* I got to stay at the Marriott Waterside, a really nice hotel downtown. Is there anything cooler than having your own hotel room? I'm one of those folks that uses absolutely EVERY amenity they provide, from the ice bucket, to the steam iron, to the shoe polishing cloth. They had some great facilities, too, with a really complete exercise room, a 24 hour laundry, etc.
I did have a brief moment of terror, though, when I went outside to take a look at the outdoor hot tub, only to realize that I couldn't pull the door back open once I was out there. There was NO ONE else around, and it was only an hour or two before they were going to come and get me for the speech, so I began to panic, worrying that I'd miss it because I was trapped out there with the hot tub.
Of course, then I realized that the door opens in instead of out. You know, for ostensibly a fairly bright guy, I can be quite the dullard. That photo on the right, btw, was taken about thirty seconds before I started panicking...
Here's a fact that will tell you everything you need to know about Troy Hickman: the first night at the hotel, I rode the elevator to every floor (there are 24 of them) to check out what soft drinks were in each vending room.
* The food was just fantastic during the whole trip, and I'm sad to admit I probably put on ten pounds in the couple days I was there. On Wednesday, after the Wheatley speech, there was a FANTASTIC spread of food at the reception, and I gobbled it up in a manner that would've shamed PacMan (and frankly, he needs shaming). Then, because that's not enough to sustain my brobdingnagian girth, Wade and Suki took me out to a great place for sushi and tempura and about a dozen other things that I wolfed down. Of course, after half a night's sleep, I had to get down to the hotel' BREAKFAST BUFFET (hey, it was included in the hefty price of the room). Then there was my pre-speech meal (a great plate of fish and chips), followed by the reception food, followed by the buffet again the next morning, and---well, let's just say that I left Virginia looking like Mr. Creosote...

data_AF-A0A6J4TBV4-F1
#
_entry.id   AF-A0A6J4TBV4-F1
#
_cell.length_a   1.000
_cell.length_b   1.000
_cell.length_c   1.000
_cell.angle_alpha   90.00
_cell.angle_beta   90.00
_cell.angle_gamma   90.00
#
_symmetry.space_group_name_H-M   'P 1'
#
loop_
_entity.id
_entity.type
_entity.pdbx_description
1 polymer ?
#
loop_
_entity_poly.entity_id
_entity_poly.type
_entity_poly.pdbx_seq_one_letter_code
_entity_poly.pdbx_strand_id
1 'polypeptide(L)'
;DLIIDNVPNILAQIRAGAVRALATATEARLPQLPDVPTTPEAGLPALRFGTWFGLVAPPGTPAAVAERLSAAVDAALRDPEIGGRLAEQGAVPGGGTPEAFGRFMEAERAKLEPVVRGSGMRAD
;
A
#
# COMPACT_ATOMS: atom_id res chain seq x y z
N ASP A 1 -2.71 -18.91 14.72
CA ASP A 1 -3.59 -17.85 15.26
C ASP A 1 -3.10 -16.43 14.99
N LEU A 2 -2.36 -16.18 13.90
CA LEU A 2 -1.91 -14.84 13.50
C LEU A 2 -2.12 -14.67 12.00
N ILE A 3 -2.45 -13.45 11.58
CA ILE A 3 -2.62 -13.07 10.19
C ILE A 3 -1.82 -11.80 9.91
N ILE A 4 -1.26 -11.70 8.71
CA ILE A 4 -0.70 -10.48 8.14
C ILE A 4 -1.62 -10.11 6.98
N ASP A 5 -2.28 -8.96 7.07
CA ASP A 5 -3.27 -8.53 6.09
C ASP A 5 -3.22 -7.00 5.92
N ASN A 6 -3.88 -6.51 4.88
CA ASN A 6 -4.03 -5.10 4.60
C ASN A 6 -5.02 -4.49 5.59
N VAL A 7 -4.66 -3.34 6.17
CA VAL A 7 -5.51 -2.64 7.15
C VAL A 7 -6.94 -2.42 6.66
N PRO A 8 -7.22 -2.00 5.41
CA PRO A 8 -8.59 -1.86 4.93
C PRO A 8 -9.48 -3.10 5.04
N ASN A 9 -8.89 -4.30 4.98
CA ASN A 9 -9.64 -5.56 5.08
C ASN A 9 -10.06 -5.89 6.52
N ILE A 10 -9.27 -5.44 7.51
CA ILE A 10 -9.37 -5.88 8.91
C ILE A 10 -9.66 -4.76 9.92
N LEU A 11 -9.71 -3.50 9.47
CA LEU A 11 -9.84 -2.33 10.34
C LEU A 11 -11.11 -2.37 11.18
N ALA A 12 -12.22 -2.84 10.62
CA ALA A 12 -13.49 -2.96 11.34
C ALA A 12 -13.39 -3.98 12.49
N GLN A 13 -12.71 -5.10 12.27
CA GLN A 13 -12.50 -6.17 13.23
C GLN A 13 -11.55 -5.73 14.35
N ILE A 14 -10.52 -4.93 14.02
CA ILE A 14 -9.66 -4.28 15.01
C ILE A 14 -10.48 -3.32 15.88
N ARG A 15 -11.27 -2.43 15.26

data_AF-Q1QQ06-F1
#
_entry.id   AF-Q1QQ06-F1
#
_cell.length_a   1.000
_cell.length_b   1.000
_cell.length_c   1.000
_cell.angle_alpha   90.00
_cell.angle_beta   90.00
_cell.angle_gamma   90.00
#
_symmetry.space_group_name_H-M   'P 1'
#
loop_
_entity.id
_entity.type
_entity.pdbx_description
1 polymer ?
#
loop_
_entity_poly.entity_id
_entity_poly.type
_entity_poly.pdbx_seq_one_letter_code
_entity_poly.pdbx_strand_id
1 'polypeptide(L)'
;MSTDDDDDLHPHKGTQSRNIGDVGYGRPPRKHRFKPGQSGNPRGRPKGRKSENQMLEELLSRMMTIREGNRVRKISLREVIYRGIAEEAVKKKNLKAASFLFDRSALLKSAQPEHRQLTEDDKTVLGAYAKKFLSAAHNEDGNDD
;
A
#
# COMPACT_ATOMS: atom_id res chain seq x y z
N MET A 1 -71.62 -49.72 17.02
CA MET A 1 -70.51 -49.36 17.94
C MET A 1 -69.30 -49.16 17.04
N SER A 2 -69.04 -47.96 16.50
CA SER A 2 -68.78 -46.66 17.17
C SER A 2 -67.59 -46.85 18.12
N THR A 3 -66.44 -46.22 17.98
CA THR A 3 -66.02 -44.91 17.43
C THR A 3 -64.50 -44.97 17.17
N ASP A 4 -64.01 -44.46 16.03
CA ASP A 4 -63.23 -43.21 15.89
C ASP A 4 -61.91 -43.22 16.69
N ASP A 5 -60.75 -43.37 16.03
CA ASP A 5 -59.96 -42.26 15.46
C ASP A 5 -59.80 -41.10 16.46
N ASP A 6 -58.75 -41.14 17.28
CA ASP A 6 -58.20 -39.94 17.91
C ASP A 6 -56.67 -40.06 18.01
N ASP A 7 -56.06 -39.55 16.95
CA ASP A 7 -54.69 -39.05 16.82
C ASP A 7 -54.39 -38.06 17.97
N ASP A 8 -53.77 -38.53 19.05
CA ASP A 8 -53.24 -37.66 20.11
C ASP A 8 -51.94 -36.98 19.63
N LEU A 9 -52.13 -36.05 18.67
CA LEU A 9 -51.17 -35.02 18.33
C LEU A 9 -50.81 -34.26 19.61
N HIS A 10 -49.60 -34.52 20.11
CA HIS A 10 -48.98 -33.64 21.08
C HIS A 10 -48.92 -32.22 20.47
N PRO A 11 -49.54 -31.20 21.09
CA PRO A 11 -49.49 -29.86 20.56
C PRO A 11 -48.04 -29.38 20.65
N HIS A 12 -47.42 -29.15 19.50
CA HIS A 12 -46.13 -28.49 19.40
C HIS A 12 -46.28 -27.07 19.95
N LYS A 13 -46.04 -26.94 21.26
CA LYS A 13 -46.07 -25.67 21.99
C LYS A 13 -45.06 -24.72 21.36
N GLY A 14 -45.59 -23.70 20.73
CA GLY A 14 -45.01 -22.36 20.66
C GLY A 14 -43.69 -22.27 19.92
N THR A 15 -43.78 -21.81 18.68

* The speech itself, if what folks are telling me is true (and not an attempt to spare my Cindy Brady-like feelings), went very well. The theater is a beautiful old place, and they gave me mine own dressing room (it had a wall-length mirror with lights around it, just like in the movies!), brought me down for a mic check (and yes, I said "sibilance, sibilance" just like you'd expect me to), and set me up with a cool remote control for my slide show.
I was nervous as hell at first, but after a few minutes I loosened up and got on with the business of explaining how I'd gotten into funnybooks, and more importantly, how I'd managed to keep loving them while dealing with them as a business.
Folks seemed to dig it, and at the signing in the lobby afterwards, the good folks from Barnes and Nobles sold out of the Common Grounds trade paperback. I also met some fantastic people (I was especially taken by the two little kids, (Isabelle and her brother, I believe), who showed their fine manners and upbringing by coming over before they left and shaking my hand, saying "it was nice to meet you, Mr. Hickman." What a sweet, sweet thing.
And Suki presented me with a lovely silver engraved cup as a memento. I'm going to tell people it was given to me by the people of Virginia for saving them from the Stone Men of Saturn...
Anyway, it was just a wonderful trip (and the moolah doesn't hurt either!), and I sincerely hope I can do more of this sort of thing in the future. Thanks so much to Suki, and Wade, and Sondra, and all the fine folks at Tidewater, and even to the lady at the hotel restaurant who seemed mad that I only tipped her the FIRST day I was there for the buffet (hey, it's hard to know what 20% of zero is!). I love comics!